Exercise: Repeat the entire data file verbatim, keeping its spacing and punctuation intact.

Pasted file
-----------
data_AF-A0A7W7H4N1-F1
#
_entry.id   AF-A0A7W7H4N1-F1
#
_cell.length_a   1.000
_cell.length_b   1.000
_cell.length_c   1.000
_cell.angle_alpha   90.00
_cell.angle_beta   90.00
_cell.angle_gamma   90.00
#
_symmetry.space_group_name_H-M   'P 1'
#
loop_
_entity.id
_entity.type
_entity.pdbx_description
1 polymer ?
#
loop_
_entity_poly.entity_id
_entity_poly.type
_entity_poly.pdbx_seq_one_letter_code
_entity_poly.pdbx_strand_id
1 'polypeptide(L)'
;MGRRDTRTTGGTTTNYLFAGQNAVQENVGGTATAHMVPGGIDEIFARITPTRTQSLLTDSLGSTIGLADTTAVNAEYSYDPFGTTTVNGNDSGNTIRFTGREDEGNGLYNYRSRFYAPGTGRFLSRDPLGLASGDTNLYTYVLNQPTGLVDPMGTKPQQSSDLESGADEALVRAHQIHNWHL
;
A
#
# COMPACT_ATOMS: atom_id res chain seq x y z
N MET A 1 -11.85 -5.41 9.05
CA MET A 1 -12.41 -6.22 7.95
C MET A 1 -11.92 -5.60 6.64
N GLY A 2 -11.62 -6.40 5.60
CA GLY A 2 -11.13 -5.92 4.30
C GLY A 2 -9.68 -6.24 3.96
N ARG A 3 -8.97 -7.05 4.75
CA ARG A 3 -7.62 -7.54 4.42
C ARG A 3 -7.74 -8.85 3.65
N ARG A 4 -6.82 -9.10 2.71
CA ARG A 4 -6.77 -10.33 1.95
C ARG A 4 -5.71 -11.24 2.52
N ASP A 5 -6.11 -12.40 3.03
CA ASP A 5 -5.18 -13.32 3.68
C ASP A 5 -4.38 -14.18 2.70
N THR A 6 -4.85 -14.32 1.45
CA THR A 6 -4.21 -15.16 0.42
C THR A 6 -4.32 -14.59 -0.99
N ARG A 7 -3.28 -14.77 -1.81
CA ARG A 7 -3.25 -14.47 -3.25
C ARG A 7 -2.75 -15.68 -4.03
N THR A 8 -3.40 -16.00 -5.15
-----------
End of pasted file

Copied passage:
data_AF-A0A7W7H4N1-F1
#
_entry.id   AF-A0A7W7H4N1-F1
#
_cell.length_a   1.000
_cell.length_b   1.000
_cell.length_c   1.000
_cell.angle_alpha   90.00
_cell.angle_beta   90.00
_cell.angle_gamma   90.00
#
_symmetry.space_group_name_H-M   'P 1'
#
loop_
_entity.id
_entity.type
_entity.pdbx_description
1 polymer ?
#
loop_
_entity_poly.entity_id
_entity_poly.type
_entity_poly.pdbx_seq_one_letter_code
_entity_poly.pdbx_strand_id
1 'polypeptide(L)'
;MGRRDTRTTGGTTTNYLFAGQNAVQENVGGTATAHMVPGGIDEIFARITPTRTQSLLTDSLGSTIGLADTTAVNAEYSYDPFGTTTVNGNDSGNTIRFTGREDEGNGLYNYRSRFYAPGTGRFLSRDPLGLASGDTNLYTYVLNQPTGLVDPMGTKPQQSSDLESGADEALVRAHQIHNWHL
;
A
#
# COMPACT_ATOMS: atom_id res chain seq x y z
N MET A 1 -11.85 -5.41 9.05
CA MET A 1 -12.41 -6.22 7.95
C MET A 1 -11.92 -5.60 6.64
N GLY A 2 -11.62 -6.40 5.60
CA GLY A 2 -11.13 -5.92 4.30
C GLY A 2 -9.68 -6.24 3.96
N ARG A 3 -8.97 -7.05 4.75
CA ARG A 3 -7.62 -7.54 4.42
C ARG A 3 -7.74 -8.85 3.65
N ARG A 4 -6.82 -9.10 2.71
CA ARG A 4 -6.77 -10.33 1.95
C ARG A 4 -5.71 -11.24 2.52
N ASP A 5 -6.11 -12.40 3.03
CA ASP A 5 -5.18 -13.32 3.68
C ASP A 5 -4.38 -14.18 2.70
N THR A 6 -4.85 -14.32 1.45
CA THR A 6 -4.21 -15.16 0.42
C THR A 6 -4.32 -14.59 -0.99
N ARG A 7 -3.28 -14.77 -1.81
CA ARG A 7 -3.25 -14.47 -3.25
C ARG A 7 -2.75 -15.68 -4.03
N THR A 8 -3.40 -16.00 -5.15